According to Insider.com, MSNBC has over 30 contributors on its roster, ranging from former campaign managers like Steve Schmidt to presidential speechwriters like Jon Favreau. 

The number of contributors and frequency of appearances outpaces analysts significantly.

In terms of compensation, MSNBC contributors can earn between $200k-$500k per year based on the exclusivity terms of their contracts and how often they appear on air according to reporting by Variety. 

This allows contributors to make MSNBC appearances their primary source of income and incentive to participate actively across the network's programming.

Why MSNBC Values Contributors

MSNBC prizes contributors for their ability to provide unique vantage points into the political process and cycles. Their party affiliations and campaign experiences allow them to add color commentary and a layer of authority to the news. 

Producers rely heavily on contributors to participate in panel discussions and react to breaking developments. Their insights and banter with hosts keep viewers engaged.

According to producer Glenn Ruppel in a Vox interview, "We want our contributors to be free with their takes, to push back on anchors, and provide an unpredictable mix of insight and wisecracks." This candor and personality are what differentiates MSNBC contributors.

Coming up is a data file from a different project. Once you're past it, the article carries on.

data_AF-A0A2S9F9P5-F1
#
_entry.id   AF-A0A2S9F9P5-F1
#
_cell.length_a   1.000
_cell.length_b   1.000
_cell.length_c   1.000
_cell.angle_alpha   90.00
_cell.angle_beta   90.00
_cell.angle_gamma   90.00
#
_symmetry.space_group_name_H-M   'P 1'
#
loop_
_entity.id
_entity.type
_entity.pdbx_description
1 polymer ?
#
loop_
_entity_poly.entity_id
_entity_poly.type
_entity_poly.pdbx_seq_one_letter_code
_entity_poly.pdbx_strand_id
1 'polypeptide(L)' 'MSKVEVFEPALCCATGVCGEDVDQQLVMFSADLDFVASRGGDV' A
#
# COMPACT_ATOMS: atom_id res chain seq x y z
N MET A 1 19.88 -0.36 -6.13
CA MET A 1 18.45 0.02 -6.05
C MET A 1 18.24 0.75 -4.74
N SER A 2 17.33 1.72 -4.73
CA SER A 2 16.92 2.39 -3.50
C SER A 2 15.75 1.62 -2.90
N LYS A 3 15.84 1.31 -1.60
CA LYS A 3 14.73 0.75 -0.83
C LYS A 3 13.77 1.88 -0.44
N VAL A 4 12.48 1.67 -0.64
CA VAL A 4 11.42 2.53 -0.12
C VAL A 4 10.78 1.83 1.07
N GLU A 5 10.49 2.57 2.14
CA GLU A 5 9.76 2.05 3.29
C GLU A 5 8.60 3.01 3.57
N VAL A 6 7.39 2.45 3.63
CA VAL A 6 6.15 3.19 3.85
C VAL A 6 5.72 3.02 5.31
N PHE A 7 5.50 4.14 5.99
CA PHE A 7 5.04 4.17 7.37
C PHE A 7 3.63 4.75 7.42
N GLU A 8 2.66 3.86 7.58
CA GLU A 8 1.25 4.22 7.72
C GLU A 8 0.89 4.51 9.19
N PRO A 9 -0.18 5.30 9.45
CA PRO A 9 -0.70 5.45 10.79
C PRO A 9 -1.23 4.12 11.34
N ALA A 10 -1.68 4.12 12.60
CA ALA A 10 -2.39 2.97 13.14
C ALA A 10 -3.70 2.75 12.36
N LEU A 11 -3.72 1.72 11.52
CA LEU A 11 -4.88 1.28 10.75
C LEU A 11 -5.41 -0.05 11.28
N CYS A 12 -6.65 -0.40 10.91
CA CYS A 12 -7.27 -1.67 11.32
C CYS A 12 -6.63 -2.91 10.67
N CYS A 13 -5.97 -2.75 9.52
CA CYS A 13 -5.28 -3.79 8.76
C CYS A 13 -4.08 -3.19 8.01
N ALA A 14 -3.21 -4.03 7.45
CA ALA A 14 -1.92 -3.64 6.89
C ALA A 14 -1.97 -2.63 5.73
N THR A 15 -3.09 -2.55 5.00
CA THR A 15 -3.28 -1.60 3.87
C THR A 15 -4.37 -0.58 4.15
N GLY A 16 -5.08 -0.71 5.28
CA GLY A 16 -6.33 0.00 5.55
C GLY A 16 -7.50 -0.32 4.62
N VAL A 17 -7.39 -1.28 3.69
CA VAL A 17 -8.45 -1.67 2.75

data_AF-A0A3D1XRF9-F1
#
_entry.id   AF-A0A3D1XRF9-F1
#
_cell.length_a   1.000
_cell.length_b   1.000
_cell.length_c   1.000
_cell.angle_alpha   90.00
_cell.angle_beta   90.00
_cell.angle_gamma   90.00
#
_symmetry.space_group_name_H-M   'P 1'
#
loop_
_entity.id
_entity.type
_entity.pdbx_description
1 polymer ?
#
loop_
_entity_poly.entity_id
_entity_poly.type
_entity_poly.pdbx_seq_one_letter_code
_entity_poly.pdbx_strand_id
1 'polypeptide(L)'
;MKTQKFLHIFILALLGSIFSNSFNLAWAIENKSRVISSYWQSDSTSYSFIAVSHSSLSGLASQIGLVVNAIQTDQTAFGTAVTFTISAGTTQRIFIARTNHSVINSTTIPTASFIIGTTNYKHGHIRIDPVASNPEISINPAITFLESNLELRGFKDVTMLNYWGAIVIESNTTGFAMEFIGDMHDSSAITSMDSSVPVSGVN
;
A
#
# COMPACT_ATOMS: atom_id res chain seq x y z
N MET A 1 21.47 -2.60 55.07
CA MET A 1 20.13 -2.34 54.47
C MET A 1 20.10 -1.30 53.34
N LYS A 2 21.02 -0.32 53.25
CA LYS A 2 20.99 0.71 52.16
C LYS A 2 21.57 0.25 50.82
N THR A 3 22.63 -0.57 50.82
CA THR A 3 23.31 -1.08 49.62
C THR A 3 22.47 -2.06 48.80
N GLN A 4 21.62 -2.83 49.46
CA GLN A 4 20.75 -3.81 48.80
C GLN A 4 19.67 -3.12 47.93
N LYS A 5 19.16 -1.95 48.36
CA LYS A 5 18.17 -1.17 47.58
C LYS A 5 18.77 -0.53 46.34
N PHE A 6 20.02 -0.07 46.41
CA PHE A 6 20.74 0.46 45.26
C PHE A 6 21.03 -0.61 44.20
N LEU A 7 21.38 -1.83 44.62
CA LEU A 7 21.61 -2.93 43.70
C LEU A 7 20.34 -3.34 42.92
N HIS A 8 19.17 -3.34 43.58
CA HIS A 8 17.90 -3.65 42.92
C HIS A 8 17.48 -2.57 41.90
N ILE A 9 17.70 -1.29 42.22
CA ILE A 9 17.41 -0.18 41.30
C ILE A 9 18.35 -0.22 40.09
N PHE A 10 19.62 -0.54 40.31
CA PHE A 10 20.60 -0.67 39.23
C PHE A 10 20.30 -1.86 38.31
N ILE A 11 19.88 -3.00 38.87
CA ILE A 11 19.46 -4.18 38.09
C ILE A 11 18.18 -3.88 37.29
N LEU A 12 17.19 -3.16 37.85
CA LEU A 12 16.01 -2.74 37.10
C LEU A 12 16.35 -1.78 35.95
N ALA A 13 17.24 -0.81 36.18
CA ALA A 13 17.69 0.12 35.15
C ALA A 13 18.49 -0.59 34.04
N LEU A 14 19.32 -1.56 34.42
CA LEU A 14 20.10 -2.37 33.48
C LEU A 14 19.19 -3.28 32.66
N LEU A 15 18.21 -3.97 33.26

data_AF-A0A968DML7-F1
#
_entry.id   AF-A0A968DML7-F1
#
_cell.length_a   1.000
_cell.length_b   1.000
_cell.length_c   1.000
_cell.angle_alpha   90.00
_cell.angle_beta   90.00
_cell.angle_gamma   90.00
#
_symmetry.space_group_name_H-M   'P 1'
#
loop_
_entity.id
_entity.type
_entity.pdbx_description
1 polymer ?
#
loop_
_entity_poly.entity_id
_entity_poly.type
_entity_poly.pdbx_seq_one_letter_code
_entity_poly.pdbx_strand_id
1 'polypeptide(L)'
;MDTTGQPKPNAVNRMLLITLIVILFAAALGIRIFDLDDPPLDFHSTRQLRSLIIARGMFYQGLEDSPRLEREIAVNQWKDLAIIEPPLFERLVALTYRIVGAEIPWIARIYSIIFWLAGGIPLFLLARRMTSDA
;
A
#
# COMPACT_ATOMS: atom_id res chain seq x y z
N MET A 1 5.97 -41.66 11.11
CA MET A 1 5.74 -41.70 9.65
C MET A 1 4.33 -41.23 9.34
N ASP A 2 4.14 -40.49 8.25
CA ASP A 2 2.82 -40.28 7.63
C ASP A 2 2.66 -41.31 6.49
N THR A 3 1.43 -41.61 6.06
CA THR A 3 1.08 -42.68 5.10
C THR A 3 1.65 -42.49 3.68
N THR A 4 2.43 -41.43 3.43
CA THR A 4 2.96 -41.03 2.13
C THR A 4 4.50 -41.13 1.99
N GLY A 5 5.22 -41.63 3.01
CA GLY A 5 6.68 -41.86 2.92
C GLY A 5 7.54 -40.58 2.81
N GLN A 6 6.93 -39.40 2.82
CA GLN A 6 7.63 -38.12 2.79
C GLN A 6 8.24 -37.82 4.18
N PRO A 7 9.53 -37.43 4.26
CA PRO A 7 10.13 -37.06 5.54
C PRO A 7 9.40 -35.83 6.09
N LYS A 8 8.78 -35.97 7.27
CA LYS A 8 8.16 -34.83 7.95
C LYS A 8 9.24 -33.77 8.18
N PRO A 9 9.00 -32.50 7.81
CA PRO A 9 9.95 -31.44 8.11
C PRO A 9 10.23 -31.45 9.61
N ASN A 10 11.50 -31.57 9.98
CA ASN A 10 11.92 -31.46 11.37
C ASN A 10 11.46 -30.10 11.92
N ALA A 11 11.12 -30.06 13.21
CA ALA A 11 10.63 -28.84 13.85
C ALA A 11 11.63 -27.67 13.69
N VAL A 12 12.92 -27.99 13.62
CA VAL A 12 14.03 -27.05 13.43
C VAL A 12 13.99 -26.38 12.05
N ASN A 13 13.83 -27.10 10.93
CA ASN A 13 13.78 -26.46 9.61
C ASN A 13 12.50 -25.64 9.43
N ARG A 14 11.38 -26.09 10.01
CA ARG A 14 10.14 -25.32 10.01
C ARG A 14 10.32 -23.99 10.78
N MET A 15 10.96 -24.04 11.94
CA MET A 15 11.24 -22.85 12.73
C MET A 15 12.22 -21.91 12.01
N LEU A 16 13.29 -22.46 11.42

MSNBC Analysts

Like contributors, analysts lend their expertise to make sense of complex topics for MSNBC audiences. 

But there are some notable ways in which analysts differ:

  • Analysts typically have less frequent TV appearances than contributors who are on almost daily.
  • They are not exclusive to MSNBC and may provide commentary to other networks.
  • Analysts are often academics, think tank fellows, or former government officials.
  • They focus analysis on their deep issue expertise like national security, economic policy, cyber warfare, public health, etc.